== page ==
June 22, 2020 - 8:01 am
WASHINGTON (AP) — Americans' outlook on the national economy has improved somewhat from its lowest points during the early weeks of the coronavirus pandemic, but a new poll suggests Democrats and Republicans are living in alternate economic realities amid the sharpest recession in the nation’s...
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FILE - In this Oct. 8, 2019, file photo, Aimee Stephens, seated center, and her wife Donna Stephens, in pink, listen during a news conference outside the Supreme Court in Washington. Aimee Stephens lost her job when she told Thomas Rost, owner of the Detroit-area R.G. and G.R. Harris Funeral Homes, that she had struggled with gender identity issues almost her whole life. The Supreme Court has ruled that a landmark civil rights law protects gay, lesbian and transgender people from discrimination in employment. It's a resounding victory for LGBT rights from a conservative court. Laverne Cox, the award-winning transgender actress and longtime trans rights activist, listens at left. (AP Photo/Susan Walsh, File)
AP News
June 15, 2020 - 6:17 pm
WASHINGTON (AP) — The Supreme Court ruled Monday that a landmark civil rights law protects gay, lesbian and transgender people from discrimination in employment, a resounding victory for LGBT rights from a conservative court. The court decided by a 6-3 vote that a key provision of the Civil Rights...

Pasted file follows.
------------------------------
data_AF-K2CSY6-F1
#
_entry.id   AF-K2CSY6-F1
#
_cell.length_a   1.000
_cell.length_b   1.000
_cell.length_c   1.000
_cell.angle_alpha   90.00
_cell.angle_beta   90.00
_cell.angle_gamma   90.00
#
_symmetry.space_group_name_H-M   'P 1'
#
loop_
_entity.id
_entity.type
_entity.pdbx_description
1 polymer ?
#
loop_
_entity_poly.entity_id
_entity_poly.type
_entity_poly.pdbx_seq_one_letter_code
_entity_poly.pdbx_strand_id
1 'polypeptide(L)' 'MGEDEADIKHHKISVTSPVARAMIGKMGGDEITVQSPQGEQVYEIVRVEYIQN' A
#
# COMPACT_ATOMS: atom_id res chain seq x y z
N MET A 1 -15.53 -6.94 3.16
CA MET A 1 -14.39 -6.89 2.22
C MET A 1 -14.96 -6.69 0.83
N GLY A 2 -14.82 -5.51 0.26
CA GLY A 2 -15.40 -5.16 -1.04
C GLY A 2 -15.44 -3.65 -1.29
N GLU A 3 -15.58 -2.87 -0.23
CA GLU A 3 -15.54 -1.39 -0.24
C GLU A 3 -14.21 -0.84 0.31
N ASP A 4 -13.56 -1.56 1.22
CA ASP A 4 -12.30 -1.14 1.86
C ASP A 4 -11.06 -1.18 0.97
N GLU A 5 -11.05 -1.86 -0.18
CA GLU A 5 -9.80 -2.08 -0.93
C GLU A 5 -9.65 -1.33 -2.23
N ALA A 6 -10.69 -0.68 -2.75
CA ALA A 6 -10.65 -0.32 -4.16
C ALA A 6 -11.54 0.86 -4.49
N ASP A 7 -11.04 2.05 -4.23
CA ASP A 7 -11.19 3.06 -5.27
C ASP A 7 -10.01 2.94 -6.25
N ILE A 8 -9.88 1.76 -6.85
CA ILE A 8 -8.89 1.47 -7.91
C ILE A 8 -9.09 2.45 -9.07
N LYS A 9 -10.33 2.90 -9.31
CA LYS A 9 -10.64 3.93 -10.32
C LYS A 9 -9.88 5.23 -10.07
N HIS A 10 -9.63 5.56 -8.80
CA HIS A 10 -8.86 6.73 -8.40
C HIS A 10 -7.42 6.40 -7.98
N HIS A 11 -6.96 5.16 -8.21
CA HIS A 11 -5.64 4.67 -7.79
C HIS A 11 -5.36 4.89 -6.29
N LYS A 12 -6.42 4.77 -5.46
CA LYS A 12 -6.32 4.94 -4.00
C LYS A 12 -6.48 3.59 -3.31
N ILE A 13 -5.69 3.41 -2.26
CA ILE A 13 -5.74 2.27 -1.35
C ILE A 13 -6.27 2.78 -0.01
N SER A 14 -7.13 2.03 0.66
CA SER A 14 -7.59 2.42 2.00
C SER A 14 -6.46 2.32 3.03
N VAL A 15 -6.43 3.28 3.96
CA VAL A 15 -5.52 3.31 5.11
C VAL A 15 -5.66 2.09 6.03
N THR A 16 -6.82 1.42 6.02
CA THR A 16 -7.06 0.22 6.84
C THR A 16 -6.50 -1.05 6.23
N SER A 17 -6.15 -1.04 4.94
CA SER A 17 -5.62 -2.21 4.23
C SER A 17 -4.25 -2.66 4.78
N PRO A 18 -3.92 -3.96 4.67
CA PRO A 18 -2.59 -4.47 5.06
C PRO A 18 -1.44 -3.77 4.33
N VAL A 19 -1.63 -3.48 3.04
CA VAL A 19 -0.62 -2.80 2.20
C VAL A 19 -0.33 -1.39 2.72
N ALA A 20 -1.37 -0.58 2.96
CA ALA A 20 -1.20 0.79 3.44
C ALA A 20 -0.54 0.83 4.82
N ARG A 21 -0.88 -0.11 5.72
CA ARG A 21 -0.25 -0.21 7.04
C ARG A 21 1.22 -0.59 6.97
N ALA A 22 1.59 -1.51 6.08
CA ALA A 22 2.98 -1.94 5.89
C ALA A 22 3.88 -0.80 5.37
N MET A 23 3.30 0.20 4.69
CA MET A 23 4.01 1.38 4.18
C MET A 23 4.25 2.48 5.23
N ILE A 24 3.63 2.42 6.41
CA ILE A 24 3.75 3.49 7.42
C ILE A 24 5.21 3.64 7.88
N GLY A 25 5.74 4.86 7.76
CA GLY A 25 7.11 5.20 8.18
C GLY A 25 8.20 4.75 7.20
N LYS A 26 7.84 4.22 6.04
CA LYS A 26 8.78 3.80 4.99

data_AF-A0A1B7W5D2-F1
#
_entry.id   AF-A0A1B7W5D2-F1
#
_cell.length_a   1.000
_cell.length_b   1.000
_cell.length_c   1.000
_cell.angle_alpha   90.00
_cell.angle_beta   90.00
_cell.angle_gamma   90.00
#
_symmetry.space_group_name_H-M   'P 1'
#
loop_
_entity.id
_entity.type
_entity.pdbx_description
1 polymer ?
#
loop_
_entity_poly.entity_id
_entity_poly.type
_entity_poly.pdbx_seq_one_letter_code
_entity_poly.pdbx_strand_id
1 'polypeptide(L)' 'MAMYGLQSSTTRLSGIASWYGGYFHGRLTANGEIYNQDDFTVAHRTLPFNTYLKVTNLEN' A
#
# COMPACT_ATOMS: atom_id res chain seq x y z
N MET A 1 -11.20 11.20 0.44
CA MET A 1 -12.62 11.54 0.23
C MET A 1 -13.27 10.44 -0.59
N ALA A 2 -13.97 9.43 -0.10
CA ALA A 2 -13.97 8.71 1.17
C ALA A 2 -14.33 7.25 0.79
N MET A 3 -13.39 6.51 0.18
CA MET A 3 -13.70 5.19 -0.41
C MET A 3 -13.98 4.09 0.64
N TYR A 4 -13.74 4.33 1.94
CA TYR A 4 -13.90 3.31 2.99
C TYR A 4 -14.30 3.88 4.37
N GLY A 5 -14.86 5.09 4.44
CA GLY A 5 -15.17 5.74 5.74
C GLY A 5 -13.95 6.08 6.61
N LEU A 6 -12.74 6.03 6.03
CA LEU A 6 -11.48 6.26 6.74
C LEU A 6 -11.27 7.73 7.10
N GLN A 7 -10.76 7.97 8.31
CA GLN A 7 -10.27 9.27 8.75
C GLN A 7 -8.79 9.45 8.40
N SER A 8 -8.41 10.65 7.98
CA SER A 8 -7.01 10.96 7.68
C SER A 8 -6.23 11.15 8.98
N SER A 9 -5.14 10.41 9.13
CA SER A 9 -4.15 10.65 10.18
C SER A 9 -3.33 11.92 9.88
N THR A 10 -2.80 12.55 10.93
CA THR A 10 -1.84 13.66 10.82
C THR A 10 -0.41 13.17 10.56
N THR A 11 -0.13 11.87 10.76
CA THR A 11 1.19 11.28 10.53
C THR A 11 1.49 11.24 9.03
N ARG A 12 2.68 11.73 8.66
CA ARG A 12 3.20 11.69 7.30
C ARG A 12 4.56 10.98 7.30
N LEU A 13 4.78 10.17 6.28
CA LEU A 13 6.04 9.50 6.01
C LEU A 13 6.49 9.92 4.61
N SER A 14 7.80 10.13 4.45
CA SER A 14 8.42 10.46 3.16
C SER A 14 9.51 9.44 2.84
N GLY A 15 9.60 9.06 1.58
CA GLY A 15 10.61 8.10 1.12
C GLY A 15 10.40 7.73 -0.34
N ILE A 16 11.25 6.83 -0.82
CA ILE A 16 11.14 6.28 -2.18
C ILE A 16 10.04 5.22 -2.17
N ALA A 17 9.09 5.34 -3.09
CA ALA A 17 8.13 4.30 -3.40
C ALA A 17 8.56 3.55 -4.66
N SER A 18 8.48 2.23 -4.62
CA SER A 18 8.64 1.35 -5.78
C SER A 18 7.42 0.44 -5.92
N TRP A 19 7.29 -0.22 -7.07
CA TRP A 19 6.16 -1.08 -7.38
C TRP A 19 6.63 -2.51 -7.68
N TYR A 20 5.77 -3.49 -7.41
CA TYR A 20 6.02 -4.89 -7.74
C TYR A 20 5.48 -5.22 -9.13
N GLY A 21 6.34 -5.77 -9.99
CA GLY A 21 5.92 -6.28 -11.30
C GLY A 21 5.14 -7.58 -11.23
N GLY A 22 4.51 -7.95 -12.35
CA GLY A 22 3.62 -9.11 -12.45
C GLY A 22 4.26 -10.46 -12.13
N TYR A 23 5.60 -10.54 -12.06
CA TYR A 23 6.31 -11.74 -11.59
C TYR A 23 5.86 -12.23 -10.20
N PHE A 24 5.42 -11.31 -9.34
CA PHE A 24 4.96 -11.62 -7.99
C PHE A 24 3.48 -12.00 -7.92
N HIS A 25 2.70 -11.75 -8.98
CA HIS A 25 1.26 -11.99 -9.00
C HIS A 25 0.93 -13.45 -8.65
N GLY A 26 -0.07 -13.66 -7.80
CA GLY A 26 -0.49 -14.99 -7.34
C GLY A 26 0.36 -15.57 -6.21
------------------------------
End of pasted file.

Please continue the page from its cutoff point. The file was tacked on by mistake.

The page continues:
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FILE - In this May 20, 2020, file photo, signs that read "No Job No Rent" hang from the windows of an apartment building during the coronavirus pandemic in Northwest Washington. The pandemic has shut housing courts and prompted authorities around the U.S. to initiate policies protecting renters from eviction. But not everyone is covered, and some landlords are turning to threats and harassment to force tenants out. (AP Photo/Andrew Harnik, File)
AP News
June 14, 2020 - 4:22 pm
BALTIMORE (AP) — Jeremy Rooks works the evening shift at a Georgia fast-food restaurant these days to avoid being on the street past dusk. He needs somewhere to go at night: He and his wife are homeless after the extended-stay motel where they had lived since Thanksgiving evicted them in April when...
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In this photo taken Thursday, June 4, 2020, a pedestrian wearing a mask walks past reader board advertising a job opening for a remodeling company, in Seattle. The U.S. unemployment rate fell to 13.3% in May, and 2.5 million jobs were added — a surprisingly positive reading in the midst of a recession that has paralyzed the economy and depressed the job market in the wake of the viral pandemic. (AP Photo/Elaine Thompson)